In addition, every package was accompanied by a manifest file (there is a sample on Listing 5). It is an XML document that defines the type of application (web, desktop, and windows service) and its related parameters (application pool and web site parameters in case of web application or destination folder in case of desktop app). In our approach, the manifest could also utilize tokens and therefore change parameter values between environments. But let’s not dig too deep in details, because the deployment process itself is a topic worth a separate article.

Listing 5 – Application’s manifest file

Conclusions and future directions

The configuration structure I’ve described is not perfect but, nonetheless, it proved sufficient in our case and allowed us to successfully deliver three fairly complex sub-systems. Configuration maintenance and deployment automation was part of our ‘Definition-of-Done’ and every developer was encouraged to get familiar with the configuration architecture. This helped make the project more predictable by removing any justification for postponing deployment-related activities till the last minute.

Configuration-completeness was verified during CI builds as the first step of the process (the so-called build framework self-check). Our feedback loop was very fast so, if something basic went wrong, CI caught it right at the beginning.

World and technology inevitably moves forward and these days with gained experience we would do some of the things differently. For example, currently I and my fellow colleagues are exploring whether INI files could be better format for configuration than XML – although XML is powerful and generic, it is also hard for people to read and change and some valid alternatives (like INI, JSON or DSL) exist.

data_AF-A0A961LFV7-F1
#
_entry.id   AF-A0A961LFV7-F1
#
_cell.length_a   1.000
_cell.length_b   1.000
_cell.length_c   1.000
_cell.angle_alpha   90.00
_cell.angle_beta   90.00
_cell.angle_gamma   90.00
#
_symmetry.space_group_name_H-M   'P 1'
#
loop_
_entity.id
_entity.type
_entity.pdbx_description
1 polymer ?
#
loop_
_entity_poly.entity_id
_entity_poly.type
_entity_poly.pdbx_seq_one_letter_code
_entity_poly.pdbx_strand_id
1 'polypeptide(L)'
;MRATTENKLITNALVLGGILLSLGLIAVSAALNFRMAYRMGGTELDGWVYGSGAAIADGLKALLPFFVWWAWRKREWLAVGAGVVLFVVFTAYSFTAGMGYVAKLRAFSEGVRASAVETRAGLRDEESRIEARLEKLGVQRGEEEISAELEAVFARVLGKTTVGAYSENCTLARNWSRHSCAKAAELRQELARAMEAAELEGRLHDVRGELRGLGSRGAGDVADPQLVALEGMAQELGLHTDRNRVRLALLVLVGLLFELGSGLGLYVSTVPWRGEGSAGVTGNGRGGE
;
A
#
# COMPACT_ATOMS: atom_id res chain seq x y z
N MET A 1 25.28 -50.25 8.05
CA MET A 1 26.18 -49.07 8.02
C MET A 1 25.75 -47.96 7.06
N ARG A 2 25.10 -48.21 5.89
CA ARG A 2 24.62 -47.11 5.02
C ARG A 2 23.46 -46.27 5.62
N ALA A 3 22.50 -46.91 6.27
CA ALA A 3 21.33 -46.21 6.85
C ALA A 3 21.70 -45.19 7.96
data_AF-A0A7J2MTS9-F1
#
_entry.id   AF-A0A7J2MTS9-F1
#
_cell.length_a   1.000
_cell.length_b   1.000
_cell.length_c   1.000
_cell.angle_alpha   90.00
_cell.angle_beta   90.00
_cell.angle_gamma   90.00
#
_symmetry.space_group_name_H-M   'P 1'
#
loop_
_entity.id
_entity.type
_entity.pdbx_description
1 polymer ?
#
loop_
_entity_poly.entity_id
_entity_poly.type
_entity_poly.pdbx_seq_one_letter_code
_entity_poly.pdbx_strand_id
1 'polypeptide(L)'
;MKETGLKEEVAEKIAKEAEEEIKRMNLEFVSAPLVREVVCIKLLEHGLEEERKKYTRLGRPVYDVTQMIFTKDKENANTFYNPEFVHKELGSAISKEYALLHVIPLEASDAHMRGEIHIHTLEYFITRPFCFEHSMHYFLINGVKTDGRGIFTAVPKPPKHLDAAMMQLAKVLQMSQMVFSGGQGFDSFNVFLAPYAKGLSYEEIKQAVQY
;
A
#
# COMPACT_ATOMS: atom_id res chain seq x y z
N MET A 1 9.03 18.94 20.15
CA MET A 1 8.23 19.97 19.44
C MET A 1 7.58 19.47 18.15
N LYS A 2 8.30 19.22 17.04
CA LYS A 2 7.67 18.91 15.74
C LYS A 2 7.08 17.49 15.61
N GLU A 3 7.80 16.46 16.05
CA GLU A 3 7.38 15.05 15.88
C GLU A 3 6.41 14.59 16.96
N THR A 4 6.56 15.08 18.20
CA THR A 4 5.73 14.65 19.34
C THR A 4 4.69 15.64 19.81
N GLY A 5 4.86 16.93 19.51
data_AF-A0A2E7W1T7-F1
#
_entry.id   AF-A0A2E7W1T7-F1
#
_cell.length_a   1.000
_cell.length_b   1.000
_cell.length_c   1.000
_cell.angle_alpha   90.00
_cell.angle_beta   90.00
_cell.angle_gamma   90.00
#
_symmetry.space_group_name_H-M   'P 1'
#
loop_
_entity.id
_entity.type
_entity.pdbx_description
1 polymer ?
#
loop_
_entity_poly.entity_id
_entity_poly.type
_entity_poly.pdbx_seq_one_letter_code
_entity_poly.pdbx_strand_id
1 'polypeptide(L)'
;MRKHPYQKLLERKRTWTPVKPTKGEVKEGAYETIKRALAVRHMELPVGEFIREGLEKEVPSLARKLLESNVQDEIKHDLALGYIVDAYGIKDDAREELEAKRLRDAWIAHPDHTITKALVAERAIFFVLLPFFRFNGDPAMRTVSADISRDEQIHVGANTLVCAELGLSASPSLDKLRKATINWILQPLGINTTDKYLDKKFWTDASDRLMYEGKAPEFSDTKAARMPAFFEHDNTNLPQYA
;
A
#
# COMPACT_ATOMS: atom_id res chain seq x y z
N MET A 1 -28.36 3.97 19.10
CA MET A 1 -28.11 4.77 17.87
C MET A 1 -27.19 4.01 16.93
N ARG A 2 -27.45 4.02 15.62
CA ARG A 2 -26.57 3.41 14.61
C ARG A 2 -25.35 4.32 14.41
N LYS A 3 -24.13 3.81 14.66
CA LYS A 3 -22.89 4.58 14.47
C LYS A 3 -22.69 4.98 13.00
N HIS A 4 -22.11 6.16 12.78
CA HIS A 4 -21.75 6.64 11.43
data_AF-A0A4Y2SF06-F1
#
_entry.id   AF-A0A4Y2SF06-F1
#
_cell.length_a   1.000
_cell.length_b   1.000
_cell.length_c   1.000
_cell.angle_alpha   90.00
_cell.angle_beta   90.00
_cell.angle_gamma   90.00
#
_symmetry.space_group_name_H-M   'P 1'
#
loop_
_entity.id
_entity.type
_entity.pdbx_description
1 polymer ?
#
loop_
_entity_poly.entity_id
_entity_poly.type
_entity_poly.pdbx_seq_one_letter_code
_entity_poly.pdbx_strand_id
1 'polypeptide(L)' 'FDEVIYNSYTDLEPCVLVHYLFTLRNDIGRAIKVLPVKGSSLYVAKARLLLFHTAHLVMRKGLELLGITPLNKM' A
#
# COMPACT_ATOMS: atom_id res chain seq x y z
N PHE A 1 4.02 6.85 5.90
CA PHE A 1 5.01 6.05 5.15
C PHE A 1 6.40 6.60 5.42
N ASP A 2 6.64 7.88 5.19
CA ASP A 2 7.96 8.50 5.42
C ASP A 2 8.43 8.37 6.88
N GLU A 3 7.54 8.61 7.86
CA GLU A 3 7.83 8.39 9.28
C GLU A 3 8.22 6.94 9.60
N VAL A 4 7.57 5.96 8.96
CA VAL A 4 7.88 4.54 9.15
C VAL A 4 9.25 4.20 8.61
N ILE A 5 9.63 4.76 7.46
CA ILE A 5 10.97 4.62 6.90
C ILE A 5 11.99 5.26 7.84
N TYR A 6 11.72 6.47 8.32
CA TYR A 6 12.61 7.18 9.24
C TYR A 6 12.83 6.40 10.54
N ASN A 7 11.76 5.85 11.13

Another technological advance could well affect how we manage configuration in future. In October 2013, Microsoft released version 4 of PowerShell. One of new features is “Desired State Configuration” (DSC) – declarative language extensions that enable deployment and configuration management. What DSC handles perfectly is the topology, i.e. one of discussed configuration types. You would have to add support for tokens on your own, but, as far as I know, none of the deployment products running on Microsoft stack (e.g. “Octopus Deploy” or “Release Management for Visual Studio 2013”) deliver support for  configuration that is as sophisticated. Although PowerShell 4 cannot be installed and used in every environment due to the limited versions of the Windows operating system that it supports, I would definitely give it a try if only possible. Microsoft is investing strongly in PowerShell and already there are several resource kits available giving you the means to: configure IIS, change Active Directory, install SQL Server, manage a cluster or firewall rules. I am sure that the future will bring many improvements in this area.

DevOps, Continuous Delivery & Database Lifecycle Management